The Trump administration has imposed a number of entry restrictions through executive order, justifying them on national security grounds. Their national security impact is hotly debated and the orders also raise considerable moral issues. But one additional set of concerns regards the economic costs of tightening visa restrictions, which can be considerable even when looking solely at temporary visitors. While the current bans would likely have a limited economic impact on the US through reduced tourist and business travel, the extension of restrictions could carry increasingly heavy economic costs.

The current executive orders call for barring Syrian refugees indefinitely and restricting overall refugee flows to 50,000—a move discussed by Cindy Huang and Hannah Postel in a recent blog post. The order also temporarily suspended all entry from seven predominantly Muslim countries. The refugee and entry bans are undergoing review by the courts and are currently blocked. For the future, the administration is mulling broader visa requirements making it harder for a wider range of people to enter the United States including a “uniform screening standard and procedure” for everyone coming to the country.

The impact of visa requirements on travel and the economy

Tighter restrictions on permanent residence halt a positive force for economic growth and native-born wages in the US. But even bans or other limits on tourist and business visas carry a heavy cost, because many people are deterred from travelling to a country by the hassle and expense of obtaining a visa, while others can’t travel because their visa applications are rejected (already 20 percent of applicants in the case of Mexico, 54 percent in the case of Senegal, for example).

Robert Lawson of Southern Methodist University and Saurav Roychoudhury of Capital University suggest that demanding a visa in advance from citizens of a country is associated with a 70 percent lower level of tourist entries than from a similar country where there is no requirement to get a visa. Simone Bertoli and Jesús Fernández-Huertas Moraga argue the introduction of a visa requirement reduces total direct bilateral flows between 40 and 47 percent, while increasing the flows toward other destinations between 3 and 17 percent—implying that tougher visa restrictions would reduce American tourism receipts to the benefit of other countries. It wouldn’t be a surprise if making the visa process tougher increased its deterrent effect—and the evidence on introducing the in-person interview requirement for US visa applicants suggests exactly that, according to Department of Homeland Security research.

Lower flows of people have knock-on effects: Natalia Kapelko and Natalya Volchkova of the Center for Economic and Financial Research document that not only do the value of exports fall with visa restrictions, so too does the probability of US firms entering visa restricted foreign markets. Other evidence suggests that when you make it harder for people to move to your country, not only do tourism and exports fall, but the diffusion of knowledge slows and the quality of international students drops.

The costs and benefits of tighter travel restrictions

The immediate economic cost from temporarily barring visitors (as opposed to green card holders) from the seven countries on the Executive Order is relatively low since they are not major sources of tourism or trade. In 2016, combined US exports to the countries were just $1.6 billion—out of total US exports of $ 6.4 trillion. Only about 84,000 people from those countries visited the US in 2015 on visas. On average, overseas travelers to the US spend about $4,400 on American goods and services with each trip. That suggests a direct economic cost of $370 million per year were the ban to continue.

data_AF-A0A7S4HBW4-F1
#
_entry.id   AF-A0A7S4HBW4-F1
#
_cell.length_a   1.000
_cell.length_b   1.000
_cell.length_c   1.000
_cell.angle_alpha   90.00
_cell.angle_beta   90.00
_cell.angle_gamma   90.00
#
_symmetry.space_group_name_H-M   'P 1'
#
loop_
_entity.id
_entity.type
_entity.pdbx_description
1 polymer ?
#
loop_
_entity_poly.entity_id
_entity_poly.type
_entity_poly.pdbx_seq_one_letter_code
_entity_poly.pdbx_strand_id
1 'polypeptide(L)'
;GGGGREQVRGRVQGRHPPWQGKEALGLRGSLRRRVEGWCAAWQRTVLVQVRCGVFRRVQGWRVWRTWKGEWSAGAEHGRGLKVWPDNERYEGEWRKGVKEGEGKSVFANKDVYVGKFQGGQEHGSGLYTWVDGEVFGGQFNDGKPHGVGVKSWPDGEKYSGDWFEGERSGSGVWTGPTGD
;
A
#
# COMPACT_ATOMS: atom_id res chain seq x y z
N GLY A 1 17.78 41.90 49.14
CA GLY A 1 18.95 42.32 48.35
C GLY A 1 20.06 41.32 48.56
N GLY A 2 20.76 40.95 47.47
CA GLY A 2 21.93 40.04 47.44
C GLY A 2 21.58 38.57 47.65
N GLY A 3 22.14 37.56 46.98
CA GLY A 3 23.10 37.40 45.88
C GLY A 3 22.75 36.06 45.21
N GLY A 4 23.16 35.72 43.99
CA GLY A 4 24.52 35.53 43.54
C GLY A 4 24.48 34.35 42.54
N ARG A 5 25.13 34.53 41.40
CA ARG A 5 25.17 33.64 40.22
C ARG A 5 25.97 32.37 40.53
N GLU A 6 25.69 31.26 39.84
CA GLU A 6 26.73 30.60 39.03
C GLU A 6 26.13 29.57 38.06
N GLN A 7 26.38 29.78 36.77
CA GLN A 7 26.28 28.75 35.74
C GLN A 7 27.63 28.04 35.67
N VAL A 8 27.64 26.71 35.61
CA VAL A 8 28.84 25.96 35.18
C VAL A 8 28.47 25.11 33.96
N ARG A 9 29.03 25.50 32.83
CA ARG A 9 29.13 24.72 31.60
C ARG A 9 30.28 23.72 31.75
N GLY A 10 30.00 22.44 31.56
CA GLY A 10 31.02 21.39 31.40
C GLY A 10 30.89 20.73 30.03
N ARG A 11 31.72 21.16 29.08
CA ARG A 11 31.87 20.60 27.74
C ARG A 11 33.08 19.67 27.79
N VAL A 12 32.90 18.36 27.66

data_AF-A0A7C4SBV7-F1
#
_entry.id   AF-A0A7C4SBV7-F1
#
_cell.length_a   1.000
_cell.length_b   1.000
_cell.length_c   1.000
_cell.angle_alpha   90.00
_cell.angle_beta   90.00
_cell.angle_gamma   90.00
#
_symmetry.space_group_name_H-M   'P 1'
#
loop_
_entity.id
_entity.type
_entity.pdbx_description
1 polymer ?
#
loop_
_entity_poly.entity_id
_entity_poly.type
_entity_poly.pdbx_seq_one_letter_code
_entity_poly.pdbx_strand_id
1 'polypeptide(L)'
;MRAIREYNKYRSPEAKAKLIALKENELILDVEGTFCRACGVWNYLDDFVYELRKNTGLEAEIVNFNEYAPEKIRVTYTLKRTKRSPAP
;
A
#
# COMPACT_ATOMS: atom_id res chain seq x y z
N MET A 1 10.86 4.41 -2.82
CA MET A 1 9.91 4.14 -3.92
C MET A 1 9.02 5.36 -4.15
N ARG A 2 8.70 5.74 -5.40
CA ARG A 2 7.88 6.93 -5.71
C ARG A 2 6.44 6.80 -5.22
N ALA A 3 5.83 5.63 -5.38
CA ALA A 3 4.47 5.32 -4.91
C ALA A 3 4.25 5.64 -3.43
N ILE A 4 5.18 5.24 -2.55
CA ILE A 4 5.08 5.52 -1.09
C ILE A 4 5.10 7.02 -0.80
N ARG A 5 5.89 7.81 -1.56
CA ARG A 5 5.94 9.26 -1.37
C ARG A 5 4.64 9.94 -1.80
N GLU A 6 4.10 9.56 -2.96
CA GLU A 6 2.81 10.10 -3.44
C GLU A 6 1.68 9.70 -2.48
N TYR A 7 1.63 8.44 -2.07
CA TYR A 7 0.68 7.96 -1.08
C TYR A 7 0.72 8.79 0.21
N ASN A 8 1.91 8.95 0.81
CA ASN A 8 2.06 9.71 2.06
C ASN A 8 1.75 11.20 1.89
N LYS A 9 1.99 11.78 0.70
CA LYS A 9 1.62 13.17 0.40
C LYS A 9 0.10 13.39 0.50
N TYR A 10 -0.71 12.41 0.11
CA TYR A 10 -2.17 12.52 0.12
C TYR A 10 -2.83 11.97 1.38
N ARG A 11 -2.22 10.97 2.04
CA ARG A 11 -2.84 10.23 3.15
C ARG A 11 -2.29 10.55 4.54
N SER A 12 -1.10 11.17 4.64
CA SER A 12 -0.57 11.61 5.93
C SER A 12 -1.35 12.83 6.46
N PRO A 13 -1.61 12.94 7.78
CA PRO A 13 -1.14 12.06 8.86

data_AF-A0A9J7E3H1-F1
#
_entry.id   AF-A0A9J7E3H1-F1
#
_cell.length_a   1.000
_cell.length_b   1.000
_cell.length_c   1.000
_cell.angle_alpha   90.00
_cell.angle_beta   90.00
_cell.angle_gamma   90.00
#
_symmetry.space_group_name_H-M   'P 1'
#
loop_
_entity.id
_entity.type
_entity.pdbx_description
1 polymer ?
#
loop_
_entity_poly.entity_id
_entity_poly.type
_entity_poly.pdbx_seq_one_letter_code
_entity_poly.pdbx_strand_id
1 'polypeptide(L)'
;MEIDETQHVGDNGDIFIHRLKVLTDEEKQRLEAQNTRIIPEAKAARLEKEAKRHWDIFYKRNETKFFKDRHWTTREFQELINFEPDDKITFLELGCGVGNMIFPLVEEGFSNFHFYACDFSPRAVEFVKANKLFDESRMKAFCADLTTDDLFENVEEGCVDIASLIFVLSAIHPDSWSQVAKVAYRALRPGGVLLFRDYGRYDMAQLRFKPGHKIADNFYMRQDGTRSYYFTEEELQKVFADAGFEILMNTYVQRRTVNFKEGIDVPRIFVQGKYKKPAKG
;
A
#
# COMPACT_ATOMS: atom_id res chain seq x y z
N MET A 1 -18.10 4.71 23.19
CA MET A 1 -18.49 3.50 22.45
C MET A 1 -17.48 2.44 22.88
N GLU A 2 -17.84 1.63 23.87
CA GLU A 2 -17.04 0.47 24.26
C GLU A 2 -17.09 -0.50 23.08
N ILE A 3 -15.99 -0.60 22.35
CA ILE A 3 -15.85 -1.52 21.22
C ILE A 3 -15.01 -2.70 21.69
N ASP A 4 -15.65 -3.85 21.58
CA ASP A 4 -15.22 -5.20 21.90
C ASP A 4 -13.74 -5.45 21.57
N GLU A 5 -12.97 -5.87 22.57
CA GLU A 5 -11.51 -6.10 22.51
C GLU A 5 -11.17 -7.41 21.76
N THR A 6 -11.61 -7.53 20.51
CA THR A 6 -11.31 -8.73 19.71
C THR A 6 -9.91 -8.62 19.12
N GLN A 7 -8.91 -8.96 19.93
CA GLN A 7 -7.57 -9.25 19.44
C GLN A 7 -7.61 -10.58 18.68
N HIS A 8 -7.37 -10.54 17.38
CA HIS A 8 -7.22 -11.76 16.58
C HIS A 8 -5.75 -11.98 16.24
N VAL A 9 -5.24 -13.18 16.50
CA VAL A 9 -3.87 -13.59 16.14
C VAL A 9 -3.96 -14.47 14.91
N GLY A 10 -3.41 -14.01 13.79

Nevertheless, even these numbers suggest that rescinding the ban, or at least targeting more precisely to exempt lower-threat entries—including 80-year-old grandmas, five-year-old children, and people who worked with coalition forces during the Iraq war—would have benefits. As to any potential benefits in terms of reduced security risks, it is worth noting no national from any of the seven banned countries has killed an American on US soil in terrorist attacks at any time between 1975 and 2015.

The costs of a tougher visa policy would increase were the bans made permanent or extended to more countries. Robert Khan, Ted Alden, and Hedi Crebo-Rediker of the Council on Foreign Relations suggest the direct and indirect costs of a full travel ban covering every Muslim-majority country could range from $31 billion to $66 billion, with an associated US job loss of 50,600 to 132,000.

And tighten visa restrictions to all countries, then a considerable part of the $221 billion in US tourism receipts each year could be at risk—alongside global trade, and financial and technological cooperation. Again, there may be security benefits to tougher visa requirements and restrictions. But it is worth noting the chance of being murdered by a tourist on the most common visa (the B visa), is 1 in 3.9 million per year. The chance of being murdered by someone already here is about 152 times higher.

Regardless of their scope and scale, the strongest arguments against greater restrictions on entry into the United States may remain those around national security, morality, and human decency. But if the restrictions are expanded, they will have an ever-greater economic impact as well. Those who want to visit will lose out from a dream holiday, a better education, or a chance to start a trading relationship. But so will the Americans who work in hotels and resorts, schools and universities, factories and farms who would have profited from that visit. For a set of policies where any benefits appear small and uncertain, these costs alone might justify a reassessment.